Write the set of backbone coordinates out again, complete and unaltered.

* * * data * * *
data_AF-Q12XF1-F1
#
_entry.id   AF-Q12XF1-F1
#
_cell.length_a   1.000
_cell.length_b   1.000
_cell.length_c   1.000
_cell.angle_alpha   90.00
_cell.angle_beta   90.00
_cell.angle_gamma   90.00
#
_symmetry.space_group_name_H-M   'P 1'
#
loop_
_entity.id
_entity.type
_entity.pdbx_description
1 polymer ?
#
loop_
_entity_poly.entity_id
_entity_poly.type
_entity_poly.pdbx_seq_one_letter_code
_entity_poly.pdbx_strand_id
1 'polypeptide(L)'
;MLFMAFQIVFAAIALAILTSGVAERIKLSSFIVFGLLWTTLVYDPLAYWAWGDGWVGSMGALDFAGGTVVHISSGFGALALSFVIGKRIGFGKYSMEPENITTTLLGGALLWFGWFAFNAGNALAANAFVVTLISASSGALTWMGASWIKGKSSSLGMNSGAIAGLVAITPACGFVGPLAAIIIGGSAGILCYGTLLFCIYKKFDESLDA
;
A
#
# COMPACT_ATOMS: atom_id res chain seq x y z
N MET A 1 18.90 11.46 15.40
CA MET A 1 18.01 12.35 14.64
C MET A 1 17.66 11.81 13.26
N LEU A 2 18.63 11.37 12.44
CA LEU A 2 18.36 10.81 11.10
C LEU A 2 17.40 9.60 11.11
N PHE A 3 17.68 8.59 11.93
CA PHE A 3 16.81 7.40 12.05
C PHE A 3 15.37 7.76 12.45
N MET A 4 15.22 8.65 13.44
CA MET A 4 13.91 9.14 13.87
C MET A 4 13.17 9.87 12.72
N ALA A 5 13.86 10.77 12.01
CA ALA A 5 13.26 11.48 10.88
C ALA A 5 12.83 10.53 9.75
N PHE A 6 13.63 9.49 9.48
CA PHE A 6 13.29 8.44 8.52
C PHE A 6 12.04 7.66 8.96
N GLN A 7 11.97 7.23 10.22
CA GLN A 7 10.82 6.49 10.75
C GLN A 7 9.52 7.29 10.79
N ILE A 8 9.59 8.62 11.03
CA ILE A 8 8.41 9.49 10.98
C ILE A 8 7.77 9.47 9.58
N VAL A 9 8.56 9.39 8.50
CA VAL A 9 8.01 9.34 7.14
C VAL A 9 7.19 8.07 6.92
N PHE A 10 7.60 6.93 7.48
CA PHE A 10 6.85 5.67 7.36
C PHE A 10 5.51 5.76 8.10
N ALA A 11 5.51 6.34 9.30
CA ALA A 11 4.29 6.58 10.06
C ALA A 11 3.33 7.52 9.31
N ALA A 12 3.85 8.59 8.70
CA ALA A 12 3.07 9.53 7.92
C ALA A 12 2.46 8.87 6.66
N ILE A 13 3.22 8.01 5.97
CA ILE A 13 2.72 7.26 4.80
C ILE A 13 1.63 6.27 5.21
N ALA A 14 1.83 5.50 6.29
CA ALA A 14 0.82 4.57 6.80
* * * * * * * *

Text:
data_AF-Q12XF1-F1
#
_entry.id   AF-Q12XF1-F1
#
_cell.length_a   1.000
_cell.length_b   1.000
_cell.length_c   1.000
_cell.angle_alpha   90.00
_cell.angle_beta   90.00
_cell.angle_gamma   90.00
#
_symmetry.space_group_name_H-M   'P 1'
#
loop_
_entity.id
_entity.type
_entity.pdbx_description
1 polymer ?
#
loop_
_entity_poly.entity_id
_entity_poly.type
_entity_poly.pdbx_seq_one_letter_code
_entity_poly.pdbx_strand_id
1 'polypeptide(L)'
;MLFMAFQIVFAAIALAILTSGVAERIKLSSFIVFGLLWTTLVYDPLAYWAWGDGWVGSMGALDFAGGTVVHISSGFGALALSFVIGKRIGFGKYSMEPENITTTLLGGALLWFGWFAFNAGNALAANAFVVTLISASSGALTWMGASWIKGKSSSLGMNSGAIAGLVAITPACGFVGPLAAIIIGGSAGILCYGTLLFCIYKKFDESLDA
;
A
#
# COMPACT_ATOMS: atom_id res chain seq x y z
N MET A 1 18.90 11.46 15.40
CA MET A 1 18.01 12.35 14.64
C MET A 1 17.66 11.81 13.26
N LEU A 2 18.63 11.37 12.44
CA LEU A 2 18.36 10.81 11.10
C LEU A 2 17.40 9.60 11.11
N PHE A 3 17.68 8.59 11.93
CA PHE A 3 16.81 7.40 12.05
C PHE A 3 15.37 7.76 12.45
N MET A 4 15.22 8.65 13.44
CA MET A 4 13.91 9.14 13.87
C MET A 4 13.17 9.87 12.72
N ALA A 5 13.86 10.77 12.01
CA ALA A 5 13.26 11.48 10.88
C ALA A 5 12.83 10.53 9.75
N PHE A 6 13.63 9.49 9.48
CA PHE A 6 13.29 8.44 8.52
C PHE A 6 12.04 7.66 8.96
N GLN A 7 11.97 7.23 10.22
CA GLN A 7 10.82 6.49 10.75
C GLN A 7 9.52 7.29 10.79
N ILE A 8 9.59 8.62 11.03
CA ILE A 8 8.41 9.49 10.98
C ILE A 8 7.77 9.47 9.58
N VAL A 9 8.56 9.39 8.50
CA VAL A 9 8.01 9.34 7.14
C VAL A 9 7.19 8.07 6.92
N PHE A 10 7.60 6.93 7.48
CA PHE A 10 6.85 5.67 7.36
C PHE A 10 5.51 5.76 8.10
N ALA A 11 5.51 6.34 9.30
CA ALA A 11 4.29 6.58 10.06
C ALA A 11 3.33 7.52 9.31
N ALA A 12 3.85 8.59 8.70
CA ALA A 12 3.07 9.53 7.92
C ALA A 12 2.46 8.87 6.66
N ILE A 13 3.22 8.01 5.97
CA ILE A 13 2.72 7.26 4.80
C ILE A 13 1.63 6.27 5.21
N ALA A 14 1.83 5.50 6.29
CA ALA A 14 0.82 4.57 6.80